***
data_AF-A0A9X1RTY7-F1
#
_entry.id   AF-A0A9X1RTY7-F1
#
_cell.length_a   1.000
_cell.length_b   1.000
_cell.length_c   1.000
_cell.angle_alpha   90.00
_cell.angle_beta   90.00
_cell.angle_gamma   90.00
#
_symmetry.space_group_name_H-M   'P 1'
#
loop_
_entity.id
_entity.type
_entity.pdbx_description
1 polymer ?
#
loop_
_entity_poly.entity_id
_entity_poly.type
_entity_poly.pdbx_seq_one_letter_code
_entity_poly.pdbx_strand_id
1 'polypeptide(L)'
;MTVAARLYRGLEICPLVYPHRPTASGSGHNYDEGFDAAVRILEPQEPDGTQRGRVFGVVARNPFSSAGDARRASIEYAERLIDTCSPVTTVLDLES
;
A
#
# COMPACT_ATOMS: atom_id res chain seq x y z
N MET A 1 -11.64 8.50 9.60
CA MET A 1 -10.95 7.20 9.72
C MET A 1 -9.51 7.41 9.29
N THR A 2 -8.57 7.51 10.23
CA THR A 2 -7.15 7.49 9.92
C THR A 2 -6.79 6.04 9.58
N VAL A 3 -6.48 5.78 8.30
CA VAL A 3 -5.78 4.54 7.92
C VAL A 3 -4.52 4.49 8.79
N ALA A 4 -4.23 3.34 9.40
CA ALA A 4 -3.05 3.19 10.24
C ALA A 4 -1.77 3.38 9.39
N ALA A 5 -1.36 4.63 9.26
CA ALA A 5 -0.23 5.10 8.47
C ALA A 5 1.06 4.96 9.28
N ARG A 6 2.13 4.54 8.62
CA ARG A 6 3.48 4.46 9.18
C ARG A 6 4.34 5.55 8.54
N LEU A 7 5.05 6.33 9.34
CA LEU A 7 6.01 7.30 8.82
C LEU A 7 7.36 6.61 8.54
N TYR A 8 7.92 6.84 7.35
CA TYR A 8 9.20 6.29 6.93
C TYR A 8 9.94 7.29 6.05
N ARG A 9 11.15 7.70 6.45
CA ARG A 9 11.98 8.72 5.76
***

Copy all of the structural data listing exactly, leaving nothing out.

data_AF-A0A9X1RTY7-F1
#
_entry.id   AF-A0A9X1RTY7-F1
#
_cell.length_a   1.000
_cell.length_b   1.000
_cell.length_c   1.000
_cell.angle_alpha   90.00
_cell.angle_beta   90.00
_cell.angle_gamma   90.00
#
_symmetry.space_group_name_H-M   'P 1'
#
loop_
_entity.id
_entity.type
_entity.pdbx_description
1 polymer ?
#
loop_
_entity_poly.entity_id
_entity_poly.type
_entity_poly.pdbx_seq_one_letter_code
_entity_poly.pdbx_strand_id
1 'polypeptide(L)'
;MTVAARLYRGLEICPLVYPHRPTASGSGHNYDEGFDAAVRILEPQEPDGTQRGRVFGVVARNPFSSAGDARRASIEYAERLIDTCSPVTTVLDLES
;
A
#
# COMPACT_ATOMS: atom_id res chain seq x y z
N MET A 1 -11.64 8.50 9.60
CA MET A 1 -10.95 7.20 9.72
C MET A 1 -9.51 7.41 9.29
N THR A 2 -8.57 7.51 10.23
CA THR A 2 -7.15 7.49 9.92
C THR A 2 -6.79 6.04 9.58
N VAL A 3 -6.48 5.78 8.30
CA VAL A 3 -5.78 4.54 7.92
C VAL A 3 -4.52 4.49 8.79
N ALA A 4 -4.23 3.34 9.40
CA ALA A 4 -3.05 3.19 10.24
C ALA A 4 -1.77 3.38 9.39
N ALA A 5 -1.36 4.63 9.26
CA ALA A 5 -0.23 5.10 8.47
C ALA A 5 1.06 4.96 9.28
N ARG A 6 2.13 4.54 8.62
CA ARG A 6 3.48 4.46 9.18
C ARG A 6 4.34 5.55 8.54
N LEU A 7 5.05 6.33 9.34
CA LEU A 7 6.01 7.30 8.82
C LEU A 7 7.36 6.61 8.54
N TYR A 8 7.92 6.84 7.35
CA TYR A 8 9.20 6.29 6.93
C TYR A 8 9.94 7.29 6.05
N ARG A 9 11.15 7.70 6.45
CA ARG A 9 11.98 8.72 5.76